Just as Missouri looks like it might be the first state since 2006 to welcome a horse slaughter plant, another slaughterhouse in Central California is shut down after undercover video documenting heart-wrenching abuse of spent dairy cows was sent to the USDA.
The video, shot by Washington D.C.-based Compassion Over Killing by an undercover investigator and sent to the USDA and Associated Press, is sadly not shocking. In an industry that tortures and kills 10 billion animals a year, the abuse caught on camera is standard.
A cow, still conscious and flailing, is lifted by a conveyor by one leg and transported to the area where its throat will be slit for blood draining. In another clip, a worker stands on a cow’s muzzle in an apparent attempt to suffocate the animal after the bolt gun meant to render it unconscious failed.
This particular slaughterhouse, Central Valley Meat Co. in Hanford, Calif., which slaughters cows after they lose their value as milk producers, is not only inspected by the USDA, but also supplies meat to the agriculture department as part of its food program.
The video shows some cows who are unable to walk being shocked and beaten in order to get them to slaughter, a big no-no when it comes to meat meant for human consumption, so an investigation into whether the meat needs to be recalled is now underway.
This begs the question, why is a non-profit watchdog group doing the work we pay the USDA to do? Kind of a rhetorical question as the relationship between the animal agriculture industry and its supposed regulators is well known to be cozy enough to make the USDA essentially worthless.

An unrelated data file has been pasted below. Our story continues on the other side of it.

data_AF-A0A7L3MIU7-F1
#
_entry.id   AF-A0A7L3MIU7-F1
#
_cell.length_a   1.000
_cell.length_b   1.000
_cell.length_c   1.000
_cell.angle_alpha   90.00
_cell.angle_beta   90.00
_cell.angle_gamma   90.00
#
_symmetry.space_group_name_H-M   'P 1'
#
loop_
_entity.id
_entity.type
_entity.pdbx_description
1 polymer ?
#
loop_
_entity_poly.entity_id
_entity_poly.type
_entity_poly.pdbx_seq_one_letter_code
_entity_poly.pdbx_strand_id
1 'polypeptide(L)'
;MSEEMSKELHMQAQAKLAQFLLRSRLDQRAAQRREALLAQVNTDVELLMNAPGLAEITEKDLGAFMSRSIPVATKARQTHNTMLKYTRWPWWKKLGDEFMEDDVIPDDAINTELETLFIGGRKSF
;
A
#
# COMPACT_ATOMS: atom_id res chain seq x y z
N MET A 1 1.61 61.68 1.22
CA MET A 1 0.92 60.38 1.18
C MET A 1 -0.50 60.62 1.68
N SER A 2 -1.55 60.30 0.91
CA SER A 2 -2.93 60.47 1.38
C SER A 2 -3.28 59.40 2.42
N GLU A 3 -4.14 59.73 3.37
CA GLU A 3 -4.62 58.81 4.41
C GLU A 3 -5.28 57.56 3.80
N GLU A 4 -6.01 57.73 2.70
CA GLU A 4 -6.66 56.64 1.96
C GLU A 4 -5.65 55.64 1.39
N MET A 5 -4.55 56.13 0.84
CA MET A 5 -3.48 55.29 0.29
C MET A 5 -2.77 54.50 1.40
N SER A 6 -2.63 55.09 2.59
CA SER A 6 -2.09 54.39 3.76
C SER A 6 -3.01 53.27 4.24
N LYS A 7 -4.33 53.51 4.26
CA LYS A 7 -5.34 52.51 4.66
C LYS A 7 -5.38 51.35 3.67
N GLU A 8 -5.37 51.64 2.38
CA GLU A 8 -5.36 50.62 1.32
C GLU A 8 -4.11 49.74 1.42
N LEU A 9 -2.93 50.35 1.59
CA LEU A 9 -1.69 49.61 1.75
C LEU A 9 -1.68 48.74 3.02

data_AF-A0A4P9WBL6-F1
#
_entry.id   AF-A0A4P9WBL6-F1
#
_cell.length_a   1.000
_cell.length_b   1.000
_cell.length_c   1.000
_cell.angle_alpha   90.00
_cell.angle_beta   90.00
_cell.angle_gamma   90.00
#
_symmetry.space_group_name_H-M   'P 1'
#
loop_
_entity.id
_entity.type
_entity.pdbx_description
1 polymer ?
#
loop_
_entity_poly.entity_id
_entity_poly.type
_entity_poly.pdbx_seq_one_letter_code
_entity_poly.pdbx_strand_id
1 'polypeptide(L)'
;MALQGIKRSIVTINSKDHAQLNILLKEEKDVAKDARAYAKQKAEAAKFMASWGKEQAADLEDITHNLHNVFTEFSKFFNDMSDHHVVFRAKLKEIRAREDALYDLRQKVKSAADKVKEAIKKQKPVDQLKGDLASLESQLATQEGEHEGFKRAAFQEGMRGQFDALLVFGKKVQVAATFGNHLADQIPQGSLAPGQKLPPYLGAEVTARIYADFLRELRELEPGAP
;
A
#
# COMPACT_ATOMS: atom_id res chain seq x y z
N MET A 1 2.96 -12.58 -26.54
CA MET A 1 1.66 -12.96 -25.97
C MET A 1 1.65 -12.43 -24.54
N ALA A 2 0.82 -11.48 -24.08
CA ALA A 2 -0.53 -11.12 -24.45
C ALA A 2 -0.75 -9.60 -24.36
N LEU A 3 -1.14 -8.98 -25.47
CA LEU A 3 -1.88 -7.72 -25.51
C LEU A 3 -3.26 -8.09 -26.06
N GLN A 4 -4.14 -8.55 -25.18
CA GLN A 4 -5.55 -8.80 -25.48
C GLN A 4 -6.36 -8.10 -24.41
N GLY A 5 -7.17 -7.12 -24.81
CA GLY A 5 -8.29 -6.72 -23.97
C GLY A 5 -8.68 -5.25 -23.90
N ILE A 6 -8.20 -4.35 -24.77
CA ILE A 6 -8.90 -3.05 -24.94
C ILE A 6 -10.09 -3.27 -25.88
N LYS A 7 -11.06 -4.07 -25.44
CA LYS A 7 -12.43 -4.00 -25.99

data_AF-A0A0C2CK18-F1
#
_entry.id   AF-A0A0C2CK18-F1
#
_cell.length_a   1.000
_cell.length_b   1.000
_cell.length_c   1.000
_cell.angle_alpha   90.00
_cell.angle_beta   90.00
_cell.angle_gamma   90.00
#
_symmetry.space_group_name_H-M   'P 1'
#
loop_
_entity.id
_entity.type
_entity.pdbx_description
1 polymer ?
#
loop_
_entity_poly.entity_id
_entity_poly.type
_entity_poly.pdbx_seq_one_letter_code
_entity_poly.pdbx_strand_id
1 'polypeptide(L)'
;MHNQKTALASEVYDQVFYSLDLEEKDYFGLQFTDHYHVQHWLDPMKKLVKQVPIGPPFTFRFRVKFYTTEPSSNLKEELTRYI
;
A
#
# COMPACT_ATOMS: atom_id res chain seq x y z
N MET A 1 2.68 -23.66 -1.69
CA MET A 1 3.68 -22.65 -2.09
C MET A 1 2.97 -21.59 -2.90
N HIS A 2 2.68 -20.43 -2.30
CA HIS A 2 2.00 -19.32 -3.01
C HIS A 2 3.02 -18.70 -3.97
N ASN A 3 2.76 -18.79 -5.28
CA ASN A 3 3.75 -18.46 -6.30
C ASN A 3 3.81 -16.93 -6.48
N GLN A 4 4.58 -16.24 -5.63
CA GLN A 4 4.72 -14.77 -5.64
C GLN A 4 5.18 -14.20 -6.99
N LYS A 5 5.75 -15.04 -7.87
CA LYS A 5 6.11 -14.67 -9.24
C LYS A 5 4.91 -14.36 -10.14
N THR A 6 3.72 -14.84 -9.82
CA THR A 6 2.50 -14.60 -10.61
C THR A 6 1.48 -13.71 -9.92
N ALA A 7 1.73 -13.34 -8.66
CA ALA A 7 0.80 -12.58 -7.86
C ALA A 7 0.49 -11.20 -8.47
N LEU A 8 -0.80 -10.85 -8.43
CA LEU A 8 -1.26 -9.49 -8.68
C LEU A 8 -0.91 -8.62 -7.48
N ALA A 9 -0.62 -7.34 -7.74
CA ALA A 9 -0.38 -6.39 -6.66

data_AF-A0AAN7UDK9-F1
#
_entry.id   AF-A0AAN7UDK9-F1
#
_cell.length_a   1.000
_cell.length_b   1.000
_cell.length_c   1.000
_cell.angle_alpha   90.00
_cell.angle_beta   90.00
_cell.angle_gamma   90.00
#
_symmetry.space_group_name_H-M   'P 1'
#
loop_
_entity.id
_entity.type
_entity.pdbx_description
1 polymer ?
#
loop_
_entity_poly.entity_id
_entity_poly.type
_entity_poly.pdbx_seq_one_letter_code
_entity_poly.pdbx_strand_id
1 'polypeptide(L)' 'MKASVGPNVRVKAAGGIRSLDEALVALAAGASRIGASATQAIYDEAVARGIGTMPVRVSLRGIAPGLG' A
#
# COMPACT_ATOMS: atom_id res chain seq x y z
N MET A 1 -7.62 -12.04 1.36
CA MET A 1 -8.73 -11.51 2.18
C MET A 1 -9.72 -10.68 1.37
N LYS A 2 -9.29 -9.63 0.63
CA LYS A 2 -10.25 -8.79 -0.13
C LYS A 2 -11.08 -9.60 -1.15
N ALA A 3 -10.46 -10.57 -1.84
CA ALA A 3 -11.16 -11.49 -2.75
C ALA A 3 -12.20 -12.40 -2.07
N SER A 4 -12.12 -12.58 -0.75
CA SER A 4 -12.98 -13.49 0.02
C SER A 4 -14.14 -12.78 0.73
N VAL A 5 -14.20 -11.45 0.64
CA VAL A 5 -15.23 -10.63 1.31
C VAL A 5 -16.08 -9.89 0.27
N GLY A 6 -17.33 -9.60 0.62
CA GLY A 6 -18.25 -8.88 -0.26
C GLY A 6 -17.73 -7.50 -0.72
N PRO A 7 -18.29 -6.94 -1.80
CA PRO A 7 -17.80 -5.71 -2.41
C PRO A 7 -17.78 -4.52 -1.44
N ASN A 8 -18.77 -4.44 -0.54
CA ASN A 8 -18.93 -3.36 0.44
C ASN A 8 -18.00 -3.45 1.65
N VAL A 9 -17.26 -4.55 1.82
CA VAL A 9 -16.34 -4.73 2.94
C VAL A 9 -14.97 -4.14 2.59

Humane horse slaughter?
The inability, or rather unwillingness, of the USDA to properly regulate even the lowest humane treatment of animals standards as demonstrated in this newest video makes the argument behind the recent lifting of the ban on slaughtering horses on American soil largely invalid.
Late last year, President Obama quietly signed into law a spending bill that restored funding for government inspections for horse slaughter plants. This breathed new life into the American horse-slaughter industry that had disappeared after Congress defunded the government’s ability to inspect such plants in 2006, essentially killing the industry.
As the government investigation showed leading to Obama’s signing of the bill, the domestic ban didn’t stop American horses from being slaughtered, it just meant they needed to endure thousands of miles of transport to Mexico or Canada, where our laws don’t protect them from cruelty before death.
Congress could have chosen to also ban the export of American horses to slaughter, but instead chose to backtrack on humane progress by reinstating funding.
According to Reuters, the probable first horse slaughter plant will be located in Rockville, Missouri, where the 150 residents fully support the news that their small town will be graced with 50 new jobs as early as September. The company, Unified Equine, also hopes to open another in Hermiston, Oregon.
While the argument for reinstating slaughter in the United States that unwanted horses are suffering further abuse and neglect as they are often left to starve or shipped thousands of miles to slaughtering plants across the border makes sense on the surface, it only serves to address the symptoms of the disease rather than the cause.
The majority of those sent to slaughter are byproducts of the race horse and rodeo industries as they turn out horses puppy-mill style in order to breed a winner that will make them good money until it is no longer useful in which case it is then sent to slaughter.
The argument also goes that poor people unable to afford the cost of feed are forced to abandon their horses because they can’t foot the euthanasia bill and they can’t easily unload their horses on an American slaughterhouse.
Any industry whose byproduct is death should not be something allowed to continue. And any person not able to afford to properly care for a horse should not be allowed to own one. Do we open dog and cat slaughterhouses with the same reasoning?
The answer to widespread abuse and neglect is to give people an easy way out of being irresponsible and also make a few bucks in the process?
Humane slaughter is an oxymoron. While we can’t argue that slaughtering horses is bad but killing cows for meat is less bad, adding more species to the list of what’s not acceptable to mass kill for consumption is at least moving in the right direction.
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